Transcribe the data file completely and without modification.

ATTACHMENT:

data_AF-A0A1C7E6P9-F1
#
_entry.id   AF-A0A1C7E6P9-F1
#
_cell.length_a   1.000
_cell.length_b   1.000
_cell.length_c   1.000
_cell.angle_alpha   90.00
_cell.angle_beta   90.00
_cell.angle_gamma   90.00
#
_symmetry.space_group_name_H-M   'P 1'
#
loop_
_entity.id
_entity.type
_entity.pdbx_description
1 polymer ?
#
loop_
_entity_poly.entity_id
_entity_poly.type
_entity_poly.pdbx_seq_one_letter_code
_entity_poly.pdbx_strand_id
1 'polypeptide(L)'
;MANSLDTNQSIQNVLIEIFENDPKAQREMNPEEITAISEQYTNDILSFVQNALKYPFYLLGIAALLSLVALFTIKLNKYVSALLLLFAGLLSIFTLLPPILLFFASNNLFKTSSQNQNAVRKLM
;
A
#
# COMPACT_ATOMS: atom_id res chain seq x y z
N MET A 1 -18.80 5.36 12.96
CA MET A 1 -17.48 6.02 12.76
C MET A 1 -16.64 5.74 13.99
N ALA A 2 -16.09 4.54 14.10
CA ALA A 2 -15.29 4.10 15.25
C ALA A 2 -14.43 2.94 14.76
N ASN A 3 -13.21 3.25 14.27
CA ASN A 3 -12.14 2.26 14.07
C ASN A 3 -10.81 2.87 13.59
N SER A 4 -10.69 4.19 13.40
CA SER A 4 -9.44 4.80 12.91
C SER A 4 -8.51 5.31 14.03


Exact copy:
data_AF-A0A1C7E6P9-F1
#
_entry.id   AF-A0A1C7E6P9-F1
#
_cell.length_a   1.000
_cell.length_b   1.000
_cell.length_c   1.000
_cell.angle_alpha   90.00
_cell.angle_beta   90.00
_cell.angle_gamma   90.00
#
_symmetry.space_group_name_H-M   'P 1'
#
loop_
_entity.id
_entity.type
_entity.pdbx_description
1 polymer ?
#
loop_
_entity_poly.entity_id
_entity_poly.type
_entity_poly.pdbx_seq_one_letter_code
_entity_poly.pdbx_strand_id
1 'polypeptide(L)'
;MANSLDTNQSIQNVLIEIFENDPKAQREMNPEEITAISEQYTNDILSFVQNALKYPFYLLGIAALLSLVALFTIKLNKYVSALLLLFAGLLSIFTLLPPILLFFASNNLFKTSSQNQNAVRKLM
;
A
#
# COMPACT_ATOMS: atom_id res chain seq x y z
N MET A 1 -18.80 5.36 12.96
CA MET A 1 -17.48 6.02 12.76
C MET A 1 -16.64 5.74 13.99
N ALA A 2 -16.09 4.54 14.10
CA ALA A 2 -15.29 4.10 15.25
C ALA A 2 -14.43 2.94 14.76
N ASN A 3 -13.21 3.25 14.27
CA ASN A 3 -12.14 2.26 14.07
C ASN A 3 -10.81 2.87 13.59
N SER A 4 -10.69 4.19 13.40
CA SER A 4 -9.44 4.80 12.91
C SER A 4 -8.51 5.31 14.03